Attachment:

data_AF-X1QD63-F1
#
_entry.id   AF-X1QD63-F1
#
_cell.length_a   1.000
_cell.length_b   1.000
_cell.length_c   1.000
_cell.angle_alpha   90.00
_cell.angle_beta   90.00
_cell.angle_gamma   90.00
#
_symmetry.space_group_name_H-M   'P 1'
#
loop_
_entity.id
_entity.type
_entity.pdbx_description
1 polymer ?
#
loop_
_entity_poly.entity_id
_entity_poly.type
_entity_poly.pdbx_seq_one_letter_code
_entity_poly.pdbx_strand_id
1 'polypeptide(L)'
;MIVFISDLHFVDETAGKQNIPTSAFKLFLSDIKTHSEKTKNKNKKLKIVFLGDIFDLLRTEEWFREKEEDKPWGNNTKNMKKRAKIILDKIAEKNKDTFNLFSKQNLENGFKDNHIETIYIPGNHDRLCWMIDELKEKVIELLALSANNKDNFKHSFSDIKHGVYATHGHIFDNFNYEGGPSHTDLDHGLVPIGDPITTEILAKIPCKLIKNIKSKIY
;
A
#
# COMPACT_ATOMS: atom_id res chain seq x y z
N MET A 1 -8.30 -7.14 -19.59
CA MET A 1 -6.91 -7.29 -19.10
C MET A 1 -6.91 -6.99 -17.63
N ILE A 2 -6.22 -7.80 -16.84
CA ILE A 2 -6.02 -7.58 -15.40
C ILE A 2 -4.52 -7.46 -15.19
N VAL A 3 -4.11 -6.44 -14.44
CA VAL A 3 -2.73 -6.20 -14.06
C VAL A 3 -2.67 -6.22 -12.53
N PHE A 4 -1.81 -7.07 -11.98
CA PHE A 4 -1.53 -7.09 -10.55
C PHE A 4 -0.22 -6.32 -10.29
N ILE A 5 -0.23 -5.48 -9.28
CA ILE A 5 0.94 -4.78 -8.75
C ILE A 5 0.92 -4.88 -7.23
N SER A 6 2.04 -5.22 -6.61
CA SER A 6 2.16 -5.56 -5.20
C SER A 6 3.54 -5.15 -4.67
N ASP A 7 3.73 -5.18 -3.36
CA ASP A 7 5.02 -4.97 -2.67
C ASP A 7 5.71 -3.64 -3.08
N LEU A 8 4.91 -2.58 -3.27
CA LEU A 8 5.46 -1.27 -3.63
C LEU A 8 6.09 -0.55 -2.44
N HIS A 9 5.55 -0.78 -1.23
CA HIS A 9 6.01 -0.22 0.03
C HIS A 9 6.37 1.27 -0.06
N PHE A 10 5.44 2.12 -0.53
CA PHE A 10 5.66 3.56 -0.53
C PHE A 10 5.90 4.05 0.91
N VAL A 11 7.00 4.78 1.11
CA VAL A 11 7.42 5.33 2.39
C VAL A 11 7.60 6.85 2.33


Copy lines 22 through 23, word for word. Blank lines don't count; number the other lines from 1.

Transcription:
_entity_poly.type
_entity_poly.pdbx_seq_one_letter_code